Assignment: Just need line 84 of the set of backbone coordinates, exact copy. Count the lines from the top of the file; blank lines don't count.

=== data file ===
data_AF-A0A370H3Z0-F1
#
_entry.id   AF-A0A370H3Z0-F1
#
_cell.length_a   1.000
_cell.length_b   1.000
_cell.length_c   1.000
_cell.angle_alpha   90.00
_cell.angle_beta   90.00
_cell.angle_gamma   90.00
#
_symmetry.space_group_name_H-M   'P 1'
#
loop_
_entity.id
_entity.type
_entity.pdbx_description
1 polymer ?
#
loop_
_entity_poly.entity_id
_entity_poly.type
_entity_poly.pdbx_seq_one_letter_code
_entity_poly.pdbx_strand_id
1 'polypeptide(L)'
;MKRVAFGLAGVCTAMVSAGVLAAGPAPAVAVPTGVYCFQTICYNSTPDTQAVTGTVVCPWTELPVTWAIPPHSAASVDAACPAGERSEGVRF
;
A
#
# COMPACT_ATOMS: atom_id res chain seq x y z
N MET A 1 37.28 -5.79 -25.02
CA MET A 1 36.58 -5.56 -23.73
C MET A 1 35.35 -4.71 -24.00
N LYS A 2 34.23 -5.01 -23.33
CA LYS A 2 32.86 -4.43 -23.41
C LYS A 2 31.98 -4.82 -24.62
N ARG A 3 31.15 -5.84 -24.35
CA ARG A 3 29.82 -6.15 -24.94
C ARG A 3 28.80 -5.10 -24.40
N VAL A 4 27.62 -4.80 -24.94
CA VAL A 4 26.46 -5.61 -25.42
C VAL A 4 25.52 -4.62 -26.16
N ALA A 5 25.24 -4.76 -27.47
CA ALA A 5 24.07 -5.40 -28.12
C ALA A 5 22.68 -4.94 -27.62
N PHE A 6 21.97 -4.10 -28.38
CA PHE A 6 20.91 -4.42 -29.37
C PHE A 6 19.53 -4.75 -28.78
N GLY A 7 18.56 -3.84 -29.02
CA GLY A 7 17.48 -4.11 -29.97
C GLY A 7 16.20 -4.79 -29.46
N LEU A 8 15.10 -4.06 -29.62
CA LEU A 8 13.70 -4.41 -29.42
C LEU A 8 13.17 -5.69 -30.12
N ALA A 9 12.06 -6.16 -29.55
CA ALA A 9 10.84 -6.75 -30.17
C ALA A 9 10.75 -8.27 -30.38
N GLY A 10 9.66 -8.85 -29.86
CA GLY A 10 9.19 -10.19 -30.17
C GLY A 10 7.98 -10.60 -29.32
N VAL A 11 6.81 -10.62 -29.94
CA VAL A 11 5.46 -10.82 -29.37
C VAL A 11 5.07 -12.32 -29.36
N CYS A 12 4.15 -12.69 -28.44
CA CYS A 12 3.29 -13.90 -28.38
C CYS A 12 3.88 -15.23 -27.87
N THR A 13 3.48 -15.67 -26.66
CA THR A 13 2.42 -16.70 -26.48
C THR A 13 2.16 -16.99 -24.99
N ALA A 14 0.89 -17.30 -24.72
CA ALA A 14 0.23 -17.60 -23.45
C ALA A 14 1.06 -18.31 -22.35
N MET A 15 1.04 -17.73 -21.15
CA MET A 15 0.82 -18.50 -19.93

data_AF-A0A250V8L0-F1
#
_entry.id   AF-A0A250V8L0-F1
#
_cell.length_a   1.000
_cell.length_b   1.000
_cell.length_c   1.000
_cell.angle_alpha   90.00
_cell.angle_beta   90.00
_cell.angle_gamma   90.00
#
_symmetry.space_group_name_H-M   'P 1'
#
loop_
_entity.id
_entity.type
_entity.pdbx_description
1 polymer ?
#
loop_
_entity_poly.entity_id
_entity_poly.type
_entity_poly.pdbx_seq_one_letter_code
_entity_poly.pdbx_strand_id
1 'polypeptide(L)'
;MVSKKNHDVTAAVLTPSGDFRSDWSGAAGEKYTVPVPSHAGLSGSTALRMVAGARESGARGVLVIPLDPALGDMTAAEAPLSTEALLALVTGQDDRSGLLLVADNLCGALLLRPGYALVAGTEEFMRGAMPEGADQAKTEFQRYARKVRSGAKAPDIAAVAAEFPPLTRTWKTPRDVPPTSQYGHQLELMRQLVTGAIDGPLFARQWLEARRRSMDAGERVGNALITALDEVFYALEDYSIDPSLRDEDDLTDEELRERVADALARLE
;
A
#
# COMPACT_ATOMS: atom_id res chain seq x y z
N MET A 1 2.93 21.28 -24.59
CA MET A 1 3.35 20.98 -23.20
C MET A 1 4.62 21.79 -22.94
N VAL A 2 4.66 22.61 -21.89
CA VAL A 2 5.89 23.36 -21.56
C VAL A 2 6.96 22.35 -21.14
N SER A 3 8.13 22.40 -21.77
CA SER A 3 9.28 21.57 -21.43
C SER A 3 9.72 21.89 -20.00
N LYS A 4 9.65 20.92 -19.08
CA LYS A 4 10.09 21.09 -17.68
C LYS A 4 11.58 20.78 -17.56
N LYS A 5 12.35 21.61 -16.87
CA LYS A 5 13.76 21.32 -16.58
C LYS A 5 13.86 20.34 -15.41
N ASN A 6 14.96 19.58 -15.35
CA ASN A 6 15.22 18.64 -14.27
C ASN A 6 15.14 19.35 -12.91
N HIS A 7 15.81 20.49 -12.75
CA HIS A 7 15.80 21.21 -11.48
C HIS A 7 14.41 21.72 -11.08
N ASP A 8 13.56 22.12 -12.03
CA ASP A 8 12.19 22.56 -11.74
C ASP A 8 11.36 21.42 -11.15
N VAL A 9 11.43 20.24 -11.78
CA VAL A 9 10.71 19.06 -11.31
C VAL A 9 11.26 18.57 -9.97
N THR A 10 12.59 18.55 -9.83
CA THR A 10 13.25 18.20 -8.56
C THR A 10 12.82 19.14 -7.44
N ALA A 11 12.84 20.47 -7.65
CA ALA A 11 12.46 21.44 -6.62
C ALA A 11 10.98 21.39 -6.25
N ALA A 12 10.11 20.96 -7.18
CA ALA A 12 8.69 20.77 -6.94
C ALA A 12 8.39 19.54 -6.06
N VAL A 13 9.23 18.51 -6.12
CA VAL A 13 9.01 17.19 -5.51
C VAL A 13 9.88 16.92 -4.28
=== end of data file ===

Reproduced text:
_cell.angle_gamma   90.00